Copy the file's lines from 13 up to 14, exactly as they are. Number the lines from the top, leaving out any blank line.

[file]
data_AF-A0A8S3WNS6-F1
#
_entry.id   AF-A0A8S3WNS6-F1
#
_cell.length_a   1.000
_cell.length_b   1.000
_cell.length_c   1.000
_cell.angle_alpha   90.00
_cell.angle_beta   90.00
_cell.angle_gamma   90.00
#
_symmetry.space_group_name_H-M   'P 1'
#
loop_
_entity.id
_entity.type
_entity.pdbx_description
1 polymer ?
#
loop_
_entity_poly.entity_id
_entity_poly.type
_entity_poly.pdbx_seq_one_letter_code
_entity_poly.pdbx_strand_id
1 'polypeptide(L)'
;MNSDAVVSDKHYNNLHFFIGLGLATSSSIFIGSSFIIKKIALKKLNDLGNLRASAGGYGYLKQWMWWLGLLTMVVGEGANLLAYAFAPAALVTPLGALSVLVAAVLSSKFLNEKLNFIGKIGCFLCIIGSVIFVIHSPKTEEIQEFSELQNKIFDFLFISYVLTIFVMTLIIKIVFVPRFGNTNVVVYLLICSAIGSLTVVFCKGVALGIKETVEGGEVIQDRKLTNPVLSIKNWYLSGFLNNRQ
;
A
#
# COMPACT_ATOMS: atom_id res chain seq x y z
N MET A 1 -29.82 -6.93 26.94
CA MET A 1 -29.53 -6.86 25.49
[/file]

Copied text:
#
loop_